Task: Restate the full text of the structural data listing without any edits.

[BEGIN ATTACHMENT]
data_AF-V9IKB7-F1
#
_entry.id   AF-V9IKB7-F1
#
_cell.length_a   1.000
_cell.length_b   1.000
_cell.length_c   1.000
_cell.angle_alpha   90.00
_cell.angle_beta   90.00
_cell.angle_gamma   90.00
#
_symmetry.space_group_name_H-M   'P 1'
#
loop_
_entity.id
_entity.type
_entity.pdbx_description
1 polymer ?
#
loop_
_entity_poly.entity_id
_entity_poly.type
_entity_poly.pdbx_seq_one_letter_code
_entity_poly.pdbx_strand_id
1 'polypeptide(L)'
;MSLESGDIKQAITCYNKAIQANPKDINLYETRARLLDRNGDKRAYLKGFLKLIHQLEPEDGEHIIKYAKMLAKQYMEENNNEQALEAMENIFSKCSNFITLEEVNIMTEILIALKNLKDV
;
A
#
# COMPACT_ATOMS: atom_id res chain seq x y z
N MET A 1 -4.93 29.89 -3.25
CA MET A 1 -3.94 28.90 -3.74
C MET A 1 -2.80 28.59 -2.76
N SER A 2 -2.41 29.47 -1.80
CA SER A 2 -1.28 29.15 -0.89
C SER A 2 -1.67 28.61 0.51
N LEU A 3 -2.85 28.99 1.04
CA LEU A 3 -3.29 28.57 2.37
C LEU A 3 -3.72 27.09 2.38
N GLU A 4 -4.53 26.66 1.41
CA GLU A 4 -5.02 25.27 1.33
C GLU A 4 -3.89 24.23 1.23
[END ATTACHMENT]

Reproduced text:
data_AF-V9IKB7-F1
#
_entry.id   AF-V9IKB7-F1
#
_cell.length_a   1.000
_cell.length_b   1.000
_cell.length_c   1.000
_cell.angle_alpha   90.00
_cell.angle_beta   90.00
_cell.angle_gamma   90.00
#
_symmetry.space_group_name_H-M   'P 1'
#
loop_
_entity.id
_entity.type
_entity.pdbx_description
1 polymer ?
#
loop_
_entity_poly.entity_id
_entity_poly.type
_entity_poly.pdbx_seq_one_letter_code
_entity_poly.pdbx_strand_id
1 'polypeptide(L)'
;MSLESGDIKQAITCYNKAIQANPKDINLYETRARLLDRNGDKRAYLKGFLKLIHQLEPEDGEHIIKYAKMLAKQYMEENNNEQALEAMENIFSKCSNFITLEEVNIMTEILIALKNLKDV
;
A
#
# COMPACT_ATOMS: atom_id res chain seq x y z
N MET A 1 -4.93 29.89 -3.25
CA MET A 1 -3.94 28.90 -3.74
C MET A 1 -2.80 28.59 -2.76
N SER A 2 -2.41 29.47 -1.80
CA SER A 2 -1.28 29.15 -0.89
C SER A 2 -1.67 28.61 0.51
N LEU A 3 -2.85 28.99 1.04
CA LEU A 3 -3.29 28.57 2.37
C LEU A 3 -3.72 27.09 2.38
N GLU A 4 -4.53 26.66 1.41
CA GLU A 4 -5.02 25.27 1.33
C GLU A 4 -3.89 24.23 1.23